“How would first contact—on earth, in space, on another planet—transform our understandings of technology, philosophy, and what it means to be human? What kind of cognitive dissonance would society experience, if we discovered a previously unrecognized sentience on Earth?”
Life Beyond Us is an anthology of fifty-four original science fiction stories and science essays compiled by the European Astrobiology Institute, a consortium of European institutions devoted to research, education, and outreach activities in the field of astrobiology, i.e., the study of life in the universe. This anthology is the brainchild of over sixty contributors from across the globe, including some of the world’s top authorities in astrobiology, astrophysics, and aeronautical engineering, as well as experts in science philosophy and linguistics.
Currently, the only known life in the universe is on our home planet of Earth. How do we extrapolate this knowledge from a single data point to address the potential of life elsewhere in the cosmos? If extraterrestrial life exists, what forms could it take? And how can we study life on another world without contaminating it with organisms from our own planet? If we do discover life elsewhere, what are the ethical implications of engaging with it? How can we even communicate with extraterrestrial life if it does not use the same medium for communication as humans, viz., sound and visual cues. These questions are made especially difficult since there is no universally agreed upon definition of life itself. Life Beyond Us does an admirable job of addressing all these questions and many others.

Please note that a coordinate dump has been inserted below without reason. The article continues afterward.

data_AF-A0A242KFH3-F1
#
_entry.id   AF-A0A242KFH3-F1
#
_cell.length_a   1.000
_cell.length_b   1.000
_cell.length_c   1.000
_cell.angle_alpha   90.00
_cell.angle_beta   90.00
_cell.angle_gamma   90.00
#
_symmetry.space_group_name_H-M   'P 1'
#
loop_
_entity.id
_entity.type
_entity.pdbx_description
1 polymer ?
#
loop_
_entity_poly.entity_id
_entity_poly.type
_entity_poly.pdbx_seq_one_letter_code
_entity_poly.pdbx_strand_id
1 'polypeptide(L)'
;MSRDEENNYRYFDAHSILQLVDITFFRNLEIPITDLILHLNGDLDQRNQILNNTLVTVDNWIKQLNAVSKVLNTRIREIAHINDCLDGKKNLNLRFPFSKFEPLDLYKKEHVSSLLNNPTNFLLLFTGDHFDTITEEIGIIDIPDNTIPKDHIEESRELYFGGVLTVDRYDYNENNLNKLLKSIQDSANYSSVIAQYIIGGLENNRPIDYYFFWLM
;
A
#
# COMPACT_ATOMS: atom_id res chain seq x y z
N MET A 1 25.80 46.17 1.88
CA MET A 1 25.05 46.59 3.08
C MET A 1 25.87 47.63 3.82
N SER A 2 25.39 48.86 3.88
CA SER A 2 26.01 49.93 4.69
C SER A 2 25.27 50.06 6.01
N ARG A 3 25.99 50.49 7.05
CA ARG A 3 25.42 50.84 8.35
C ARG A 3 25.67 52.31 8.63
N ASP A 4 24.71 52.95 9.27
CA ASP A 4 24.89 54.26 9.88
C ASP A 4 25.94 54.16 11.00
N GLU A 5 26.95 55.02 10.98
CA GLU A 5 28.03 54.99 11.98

Life Beyond Us is compiled by a trio of prolific science fiction editors: Julie Nováková, Lucas K. Law, and Susan Forest. The short stories are written by a diverse range of contributors from around the globe, including both amateur authors and well-established writers such as World Fantasy Award winner Tobias S. Buckell and Julie E. Czerneda, a science fiction veteran with twenty-three published novels already under her belt.
Each short story is followed by a companion science essay. The essays are all accessible and authoritative, complete with citations to relevant papers published in the peer-reviewed scientific literature. The references are up-to-date, including articles published as recently as last year. The science essays are all written in an approachable fashion, similar in style to articles published in Scientific American, clearly explaining the scientific principles of the preceding story for a general audience. I found the essays to be of uniformly excellent quality across the anthology.
The short stories themselves are more inconsistent. Some are five-star quality, with engaging characters and well-constructed storylines, including many unexpected plot twists. But several of the other stories serve as thinly veiled vehicles for discussing aspects of science. Nevertheless, a common feature among all the short stories is that they are rooted in realistic science, making them both believable and instructive.
Overall, Life Beyond Us is an outstanding collection emphasizing the hard science behind science fiction. The authors clearly recognize the importance of science fiction in stimulating readers’ imagination and fostering an interest in scientific disciplines. This is important for both the field of astrobiology and more broadly for recruiting the next generation of students across STEM disciplines. Personally, I would love to see more anthologies in a similar vein as Life Beyond Us focusing on other areas of science such as quantum physics or artificial intelligence.
The team at the European Astrobiology Institute is to be commended for this comprehensive anthology, which was clearly a labor of love for everyone involved. While the stories focus on life beyond Earth, they also help us to gain an appreciation for the beauty and complexity of life on this pale blue dot we call home.